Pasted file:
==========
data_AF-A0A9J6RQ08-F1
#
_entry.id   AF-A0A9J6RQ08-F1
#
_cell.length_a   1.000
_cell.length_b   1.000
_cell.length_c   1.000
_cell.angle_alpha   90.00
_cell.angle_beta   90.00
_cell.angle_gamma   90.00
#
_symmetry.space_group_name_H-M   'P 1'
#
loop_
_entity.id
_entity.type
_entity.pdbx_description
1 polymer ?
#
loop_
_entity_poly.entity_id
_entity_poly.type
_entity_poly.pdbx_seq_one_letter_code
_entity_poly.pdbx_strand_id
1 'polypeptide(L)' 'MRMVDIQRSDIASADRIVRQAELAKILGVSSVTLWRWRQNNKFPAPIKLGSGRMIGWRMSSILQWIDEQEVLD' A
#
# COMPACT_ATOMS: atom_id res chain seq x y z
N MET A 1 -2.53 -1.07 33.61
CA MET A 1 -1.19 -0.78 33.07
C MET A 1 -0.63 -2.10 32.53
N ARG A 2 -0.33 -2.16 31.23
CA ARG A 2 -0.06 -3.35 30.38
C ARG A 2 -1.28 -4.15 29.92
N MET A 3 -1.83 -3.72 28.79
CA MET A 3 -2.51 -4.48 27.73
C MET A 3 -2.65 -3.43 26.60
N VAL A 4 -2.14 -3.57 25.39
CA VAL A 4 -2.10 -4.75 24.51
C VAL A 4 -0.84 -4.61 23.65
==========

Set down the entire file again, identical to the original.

data_AF-A0A9J6RQ08-F1
#
_entry.id   AF-A0A9J6RQ08-F1
#
_cell.length_a   1.000
_cell.length_b   1.000
_cell.length_c   1.000
_cell.angle_alpha   90.00
_cell.angle_beta   90.00
_cell.angle_gamma   90.00
#
_symmetry.space_group_name_H-M   'P 1'
#
loop_
_entity.id
_entity.type
_entity.pdbx_description
1 polymer ?
#
loop_
_entity_poly.entity_id
_entity_poly.type
_entity_poly.pdbx_seq_one_letter_code
_entity_poly.pdbx_strand_id
1 'polypeptide(L)' 'MRMVDIQRSDIASADRIVRQAELAKILGVSSVTLWRWRQNNKFPAPIKLGSGRMIGWRMSSILQWIDEQEVLD' A
#
# COMPACT_ATOMS: atom_id res chain seq x y z
N MET A 1 -2.53 -1.07 33.61
CA MET A 1 -1.19 -0.78 33.07
C MET A 1 -0.63 -2.10 32.53
N ARG A 2 -0.33 -2.16 31.23
CA ARG A 2 -0.06 -3.35 30.38
C ARG A 2 -1.28 -4.15 29.92
N MET A 3 -1.83 -3.72 28.79
CA MET A 3 -2.51 -4.48 27.73
C MET A 3 -2.65 -3.43 26.60
N VAL A 4 -2.14 -3.57 25.39
CA VAL A 4 -2.10 -4.75 24.51
C VAL A 4 -0.84 -4.61 23.65